First are the "Flat" D.I. tracks. (Starts with a "straight in" track, recorded direct-to-interface, for a control.) Here "no LFX" means that the "LF Extend" (adjustable HPF) feature for the GBE is disengaged. According to the manual, it should start to roll off at ~45 Hz, set that way. Where it just says "DI Flat" I have a healthy dose of the filter engaged -- not sure exactly where that would roll off, but, being that fully engaged is supposed to roll off at 30 Hz, I'd guess somewhere in the mid-30s Hz. "Sans EQ" (EQ disengaged) is "flat" for the Blue Rock. For everything else, knobs (except for Gain and Master Volume) at noon.



    "Flat" MICED tracks...


    EQed D.I. tracks...


    And the EQed, MICED tracks (the overdriven tracks are at the end of this list)...



    I took some photos of the EQ settings used -- I'll say something about those later.

    Good night, Gracie!
    -MA

    *From the GBE 1200 manual: The “L.F. EXTEND” (low frequency extend) lowers the low frequency roll-off response of the preamp (between 30 and 45 Hz) to allow the full effect of 5+ string and extended scale instruments.
     
    Last edited: Jun 18, 2016
    Jesuguru, lo-freq, McFarlin and 6 others like this.
  4. MarkA

    MarkA In the doghouse. Supporting Member

    Sep 26, 2008
    Okay, it appears that if I embed single tracks, they'll work, but playlists won't. I've done this before successfully -- what gives? Anyone able to play the lists above?

    EDIT: Think I might have found a way. Working on it...

    EDIT 2: Tried something different. Seems to work. Should be four embedded playlists up, now. (I got rid of the 5th, that had all 21 files.)
     
    Last edited: Jun 18, 2016
  5. Matt Morgan

    Matt Morgan Fellow Conspirator Supporting Member

    Oct 21, 2001
    Plano, TX
    Awesome comparison. I listened to every track and really appreciate the time and effort that you put into this.
     
    Normando Neto likes this.
  6. Cowboy in Latvia

    Cowboy in Latvia

    Mar 1, 2015
    I'm subbing this thread and coming back later because I don't have my headphones or much time. Looks interesting and I'll try to reply in the next few days.
     
  7. TheRealKong

    TheRealKong

    Mar 17, 2011
    Same here. I appreciate the time and work you had with that comparison. As I only are able to listen by el-cheapo 2.1 - monitors I have to get my headphones and take some time to scrutinize all that stuff.

    I have the GBE 1200 and an old GBE 600 and have to say that they are able to give you nice overdriven tones when you drive the tube hard.

    Please, don't take this as an encitement to do more overdriven demos, as the Blue Rock and the Magellan are the only amps with dedicated "Drive" - section. ;)

    And, listening to my Bugera BVV 3000 and Ampeg V4b Ri with hard driven preamp, Genzler and Glockenklang did both a good job. :thumbsup:
     
  8. I listened to all of the tracks. Nice job! You had to listen pretty closely to hear the differences, which were mostly small. These all seem to be great amps. Occasionally one stood out and would have me thinking 'that's the one', but each seemed to have its moment. I guess that i like the blue Rock the most - there seemed to be a warmth to its tone that lent a degree of musicality that the others lacked or at least didn't have as much of. The GBE was a close second for me: articulate, dynamic and slightly warm. The Magellan and Kustom were both outstanding performers, and quite close to my top picks. I could be happy with any of them. It would be interesting to compare them to a couple popular 'workhorse' amplifiers like the GK MB800 and the Ampeg PF800.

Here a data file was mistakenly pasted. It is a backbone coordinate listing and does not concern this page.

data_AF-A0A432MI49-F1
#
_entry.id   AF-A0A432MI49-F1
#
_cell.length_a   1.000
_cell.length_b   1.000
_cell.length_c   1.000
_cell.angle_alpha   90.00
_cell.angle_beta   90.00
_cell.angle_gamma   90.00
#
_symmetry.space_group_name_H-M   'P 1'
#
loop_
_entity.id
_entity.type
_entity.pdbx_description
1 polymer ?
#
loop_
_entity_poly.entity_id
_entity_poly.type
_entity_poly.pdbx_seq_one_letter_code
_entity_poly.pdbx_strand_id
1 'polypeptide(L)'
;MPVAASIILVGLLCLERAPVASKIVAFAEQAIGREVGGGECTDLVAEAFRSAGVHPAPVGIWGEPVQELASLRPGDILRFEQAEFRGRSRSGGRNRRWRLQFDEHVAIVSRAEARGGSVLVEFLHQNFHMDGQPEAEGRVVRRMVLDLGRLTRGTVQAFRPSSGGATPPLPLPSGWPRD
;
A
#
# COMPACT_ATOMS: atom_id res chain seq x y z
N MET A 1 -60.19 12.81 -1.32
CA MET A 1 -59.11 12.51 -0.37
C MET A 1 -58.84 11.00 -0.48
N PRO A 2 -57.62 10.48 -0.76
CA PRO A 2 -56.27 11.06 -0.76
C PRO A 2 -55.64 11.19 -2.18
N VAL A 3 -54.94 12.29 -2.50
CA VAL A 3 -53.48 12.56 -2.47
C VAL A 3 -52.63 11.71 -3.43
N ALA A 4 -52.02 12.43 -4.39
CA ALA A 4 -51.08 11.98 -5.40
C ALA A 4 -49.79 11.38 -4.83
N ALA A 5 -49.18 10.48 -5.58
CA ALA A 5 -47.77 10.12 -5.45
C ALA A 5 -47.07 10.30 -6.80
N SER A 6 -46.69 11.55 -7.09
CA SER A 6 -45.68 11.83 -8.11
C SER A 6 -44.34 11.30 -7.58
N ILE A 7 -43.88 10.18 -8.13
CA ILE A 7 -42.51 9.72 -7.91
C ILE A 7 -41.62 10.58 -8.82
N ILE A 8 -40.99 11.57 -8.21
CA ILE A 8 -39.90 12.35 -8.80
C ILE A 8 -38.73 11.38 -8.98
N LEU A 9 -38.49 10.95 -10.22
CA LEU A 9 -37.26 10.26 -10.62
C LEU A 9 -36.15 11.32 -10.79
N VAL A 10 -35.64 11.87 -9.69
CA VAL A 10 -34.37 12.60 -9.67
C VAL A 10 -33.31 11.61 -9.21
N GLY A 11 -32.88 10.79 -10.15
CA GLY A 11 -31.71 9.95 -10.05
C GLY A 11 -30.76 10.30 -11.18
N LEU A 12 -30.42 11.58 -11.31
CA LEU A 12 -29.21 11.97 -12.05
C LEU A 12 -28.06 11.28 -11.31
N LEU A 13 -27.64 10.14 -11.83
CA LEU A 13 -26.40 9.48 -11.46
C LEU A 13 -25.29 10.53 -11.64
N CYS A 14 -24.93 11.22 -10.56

Thanks for posting!
     
  9. Thanks man, I'm totally stealing that chord riff for checking out overdrive circuits from now on!
     
  10. agedhorse

    agedhorse Supporting Member Commercial User

    Feb 12, 2006
    Davis, CA (USA)
    Development Engineer-Mesa, Product Support-Genz Benz
    The tube channels on both the GBE-600 and 1200 are designed to be overdriven... not necessarily dedicated only for that but intended to get into that territory.
     
    TheRealKong likes this.
  11. TheRealKong

    TheRealKong

    Mar 17, 2011
    Yes they are. And they sound sweet when driven hard. I use them both with different degrees of saturation / overdrive, and I love it.

    But this is tube saturation. I wanted to say that Blue Rock and Magellan are amps with a "drive section" without tube, but as naturally, as identic to tube saturation as possible. A "dedicated drive section". OK, any "Drive Channel" should be able to give you more harmonics and some kind of "warm" sound when dialed in careful. Next step dirt, then grit, then overderive. At the end of the scale there is "facemelt", as I understand.....

    Maybe my first post agedhorse answered to was not easy to read, maybe somebody didn't get the meaning of what I wanted to say, but English is not my native language.
    So please be kind and forgive me. :whistle:
     
    agedhorse likes this.
  12. Type-55

    Type-55 Supporting Member

    Jul 20, 2000
    Michigan
    Great job.
     
  13. lo-freq

    lo-freq aka UFO

    Jan 19, 2003
    DFW, Texas
    You almost make me want to carry around a 50+ lb rack again!
    That GBE1200 is nice!
    The others are not too far behind (IMO) - close enough I don't think I'll go back to the 50+ lb rack.
    Thanks for the work you put in - great stuff!
    I wish you had a Mesa D800 & a Peavey MiniMega 1000...

    I bet you could use a looper to play the same set of licks over & over while you switched the amps around.